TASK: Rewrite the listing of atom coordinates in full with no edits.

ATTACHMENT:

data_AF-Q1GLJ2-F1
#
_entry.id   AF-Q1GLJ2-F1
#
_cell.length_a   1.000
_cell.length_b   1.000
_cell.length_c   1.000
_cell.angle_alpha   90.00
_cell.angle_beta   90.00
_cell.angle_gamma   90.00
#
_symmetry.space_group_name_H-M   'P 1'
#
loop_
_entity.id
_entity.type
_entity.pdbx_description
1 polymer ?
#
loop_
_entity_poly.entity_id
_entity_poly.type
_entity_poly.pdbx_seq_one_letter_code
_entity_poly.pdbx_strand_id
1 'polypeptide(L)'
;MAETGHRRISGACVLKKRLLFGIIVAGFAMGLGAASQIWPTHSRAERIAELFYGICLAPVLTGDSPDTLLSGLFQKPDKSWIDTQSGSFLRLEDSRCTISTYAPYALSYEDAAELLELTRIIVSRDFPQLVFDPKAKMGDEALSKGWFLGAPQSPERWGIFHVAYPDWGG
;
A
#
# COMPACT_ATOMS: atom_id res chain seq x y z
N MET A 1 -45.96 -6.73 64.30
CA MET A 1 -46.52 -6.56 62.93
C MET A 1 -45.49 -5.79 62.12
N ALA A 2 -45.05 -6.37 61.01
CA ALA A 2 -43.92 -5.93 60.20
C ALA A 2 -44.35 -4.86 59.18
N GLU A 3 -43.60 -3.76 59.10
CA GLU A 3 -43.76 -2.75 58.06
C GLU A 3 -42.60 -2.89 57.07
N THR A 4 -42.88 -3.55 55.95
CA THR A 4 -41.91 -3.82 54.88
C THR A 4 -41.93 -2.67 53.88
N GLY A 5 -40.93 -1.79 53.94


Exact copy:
data_AF-Q1GLJ2-F1
#
_entry.id   AF-Q1GLJ2-F1
#
_cell.length_a   1.000
_cell.length_b   1.000
_cell.length_c   1.000
_cell.angle_alpha   90.00
_cell.angle_beta   90.00
_cell.angle_gamma   90.00
#
_symmetry.space_group_name_H-M   'P 1'
#
loop_
_entity.id
_entity.type
_entity.pdbx_description
1 polymer ?
#
loop_
_entity_poly.entity_id
_entity_poly.type
_entity_poly.pdbx_seq_one_letter_code
_entity_poly.pdbx_strand_id
1 'polypeptide(L)'
;MAETGHRRISGACVLKKRLLFGIIVAGFAMGLGAASQIWPTHSRAERIAELFYGICLAPVLTGDSPDTLLSGLFQKPDKSWIDTQSGSFLRLEDSRCTISTYAPYALSYEDAAELLELTRIIVSRDFPQLVFDPKAKMGDEALSKGWFLGAPQSPERWGIFHVAYPDWGG
;
A
#
# COMPACT_ATOMS: atom_id res chain seq x y z
N MET A 1 -45.96 -6.73 64.30
CA MET A 1 -46.52 -6.56 62.93
C MET A 1 -45.49 -5.79 62.12
N ALA A 2 -45.05 -6.37 61.01
CA ALA A 2 -43.92 -5.93 60.20
C ALA A 2 -44.35 -4.86 59.18
N GLU A 3 -43.60 -3.76 59.10
CA GLU A 3 -43.76 -2.75 58.06
C GLU A 3 -42.60 -2.89 57.07
N THR A 4 -42.88 -3.55 55.95
CA THR A 4 -41.91 -3.82 54.88
C THR A 4 -41.93 -2.67 53.88
N GLY A 5 -40.93 -1.79 53.94